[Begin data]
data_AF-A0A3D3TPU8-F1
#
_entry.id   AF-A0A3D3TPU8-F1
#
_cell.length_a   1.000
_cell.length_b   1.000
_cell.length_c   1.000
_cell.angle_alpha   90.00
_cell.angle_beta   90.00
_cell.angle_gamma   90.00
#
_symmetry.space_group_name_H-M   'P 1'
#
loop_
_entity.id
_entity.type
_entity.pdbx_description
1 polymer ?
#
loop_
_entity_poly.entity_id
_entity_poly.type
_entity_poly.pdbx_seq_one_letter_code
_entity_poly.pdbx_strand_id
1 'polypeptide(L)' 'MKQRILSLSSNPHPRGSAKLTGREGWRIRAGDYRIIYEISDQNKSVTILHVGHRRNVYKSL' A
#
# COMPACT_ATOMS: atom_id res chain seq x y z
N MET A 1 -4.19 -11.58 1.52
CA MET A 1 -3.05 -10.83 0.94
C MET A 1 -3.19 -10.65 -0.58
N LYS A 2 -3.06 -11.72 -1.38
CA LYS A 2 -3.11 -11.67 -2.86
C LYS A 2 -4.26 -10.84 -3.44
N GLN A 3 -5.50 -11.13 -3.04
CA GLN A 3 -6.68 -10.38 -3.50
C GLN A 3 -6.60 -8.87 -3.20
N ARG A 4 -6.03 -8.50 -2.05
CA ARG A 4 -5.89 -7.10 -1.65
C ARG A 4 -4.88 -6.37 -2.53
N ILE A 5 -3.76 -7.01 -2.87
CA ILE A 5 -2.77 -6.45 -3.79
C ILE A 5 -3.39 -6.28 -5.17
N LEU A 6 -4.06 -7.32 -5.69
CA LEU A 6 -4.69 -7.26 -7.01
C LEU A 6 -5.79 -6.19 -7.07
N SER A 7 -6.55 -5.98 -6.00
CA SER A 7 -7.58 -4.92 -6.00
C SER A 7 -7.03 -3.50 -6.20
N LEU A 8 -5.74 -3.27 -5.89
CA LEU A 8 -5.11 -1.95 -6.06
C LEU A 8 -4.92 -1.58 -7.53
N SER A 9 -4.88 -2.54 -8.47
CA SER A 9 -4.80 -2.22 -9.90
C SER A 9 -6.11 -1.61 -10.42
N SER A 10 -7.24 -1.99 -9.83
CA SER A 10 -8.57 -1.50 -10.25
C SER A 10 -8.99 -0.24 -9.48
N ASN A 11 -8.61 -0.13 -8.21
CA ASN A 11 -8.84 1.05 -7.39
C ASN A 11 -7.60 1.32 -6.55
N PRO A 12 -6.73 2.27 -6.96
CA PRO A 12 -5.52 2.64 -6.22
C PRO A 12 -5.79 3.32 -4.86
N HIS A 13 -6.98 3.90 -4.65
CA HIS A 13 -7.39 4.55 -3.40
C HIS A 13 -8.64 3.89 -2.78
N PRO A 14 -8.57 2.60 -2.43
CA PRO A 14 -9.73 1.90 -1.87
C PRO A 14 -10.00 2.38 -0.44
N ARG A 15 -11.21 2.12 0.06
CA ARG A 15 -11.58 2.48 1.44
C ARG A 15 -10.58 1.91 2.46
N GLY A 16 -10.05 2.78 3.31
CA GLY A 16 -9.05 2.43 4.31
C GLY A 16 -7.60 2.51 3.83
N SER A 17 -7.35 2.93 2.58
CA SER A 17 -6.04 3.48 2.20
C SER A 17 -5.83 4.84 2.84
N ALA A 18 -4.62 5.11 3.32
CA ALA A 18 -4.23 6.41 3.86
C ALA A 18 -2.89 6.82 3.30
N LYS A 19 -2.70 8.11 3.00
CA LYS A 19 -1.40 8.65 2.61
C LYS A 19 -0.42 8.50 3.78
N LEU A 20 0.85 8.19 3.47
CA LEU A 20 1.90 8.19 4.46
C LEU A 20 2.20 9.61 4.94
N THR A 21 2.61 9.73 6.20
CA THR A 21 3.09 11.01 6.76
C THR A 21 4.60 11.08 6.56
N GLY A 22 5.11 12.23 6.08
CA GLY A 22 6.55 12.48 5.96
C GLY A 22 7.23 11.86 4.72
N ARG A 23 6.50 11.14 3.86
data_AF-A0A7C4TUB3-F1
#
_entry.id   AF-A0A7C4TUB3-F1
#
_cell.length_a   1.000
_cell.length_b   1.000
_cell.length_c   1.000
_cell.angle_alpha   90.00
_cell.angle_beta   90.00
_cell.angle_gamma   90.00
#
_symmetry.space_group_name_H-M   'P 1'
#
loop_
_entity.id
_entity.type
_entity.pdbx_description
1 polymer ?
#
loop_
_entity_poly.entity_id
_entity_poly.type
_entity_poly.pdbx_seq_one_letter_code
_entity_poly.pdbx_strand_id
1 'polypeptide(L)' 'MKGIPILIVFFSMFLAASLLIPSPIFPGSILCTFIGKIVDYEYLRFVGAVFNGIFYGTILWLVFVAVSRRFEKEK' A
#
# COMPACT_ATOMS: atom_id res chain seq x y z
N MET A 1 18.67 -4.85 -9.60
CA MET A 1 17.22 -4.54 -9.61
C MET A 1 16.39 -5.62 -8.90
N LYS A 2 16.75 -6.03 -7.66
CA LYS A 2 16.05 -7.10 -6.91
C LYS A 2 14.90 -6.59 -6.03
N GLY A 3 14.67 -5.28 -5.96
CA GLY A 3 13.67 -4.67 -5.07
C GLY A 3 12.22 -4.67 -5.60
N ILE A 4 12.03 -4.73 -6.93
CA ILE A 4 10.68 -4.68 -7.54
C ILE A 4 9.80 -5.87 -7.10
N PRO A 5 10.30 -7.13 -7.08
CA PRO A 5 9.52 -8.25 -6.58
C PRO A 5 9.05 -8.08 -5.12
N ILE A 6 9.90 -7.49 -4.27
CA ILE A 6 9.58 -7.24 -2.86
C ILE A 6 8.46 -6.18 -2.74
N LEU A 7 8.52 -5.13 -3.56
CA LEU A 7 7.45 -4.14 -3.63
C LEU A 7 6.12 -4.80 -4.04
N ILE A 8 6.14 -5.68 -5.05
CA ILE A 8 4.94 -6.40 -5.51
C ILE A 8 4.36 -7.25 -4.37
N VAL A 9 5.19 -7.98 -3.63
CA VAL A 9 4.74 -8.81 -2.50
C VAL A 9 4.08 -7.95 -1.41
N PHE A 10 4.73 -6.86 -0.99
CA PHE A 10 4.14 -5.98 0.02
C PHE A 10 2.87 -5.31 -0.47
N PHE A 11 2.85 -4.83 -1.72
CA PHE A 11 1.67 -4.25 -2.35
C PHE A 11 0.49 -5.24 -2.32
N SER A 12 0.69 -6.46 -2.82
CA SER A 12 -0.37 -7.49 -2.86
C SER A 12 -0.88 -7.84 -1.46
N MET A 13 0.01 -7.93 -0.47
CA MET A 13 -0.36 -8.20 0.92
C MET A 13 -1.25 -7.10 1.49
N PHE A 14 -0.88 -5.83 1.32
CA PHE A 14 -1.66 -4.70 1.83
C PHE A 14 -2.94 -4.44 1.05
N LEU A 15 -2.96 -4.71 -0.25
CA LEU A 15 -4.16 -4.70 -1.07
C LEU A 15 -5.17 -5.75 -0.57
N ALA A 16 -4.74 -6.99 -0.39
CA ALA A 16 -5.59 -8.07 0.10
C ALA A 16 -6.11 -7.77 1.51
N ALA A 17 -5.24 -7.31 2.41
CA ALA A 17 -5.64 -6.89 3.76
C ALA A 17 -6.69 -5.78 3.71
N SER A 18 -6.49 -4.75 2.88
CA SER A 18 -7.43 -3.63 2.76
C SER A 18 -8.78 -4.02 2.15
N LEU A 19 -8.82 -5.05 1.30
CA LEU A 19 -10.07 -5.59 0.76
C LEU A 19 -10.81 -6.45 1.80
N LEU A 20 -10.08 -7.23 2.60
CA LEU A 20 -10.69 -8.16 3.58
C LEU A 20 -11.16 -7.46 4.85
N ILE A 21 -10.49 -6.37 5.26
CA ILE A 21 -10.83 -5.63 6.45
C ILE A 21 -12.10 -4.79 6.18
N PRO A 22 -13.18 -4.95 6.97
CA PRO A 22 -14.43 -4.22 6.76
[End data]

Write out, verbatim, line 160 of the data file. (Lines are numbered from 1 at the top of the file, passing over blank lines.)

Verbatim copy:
C MET A 13 -1.25 -7.10 1.49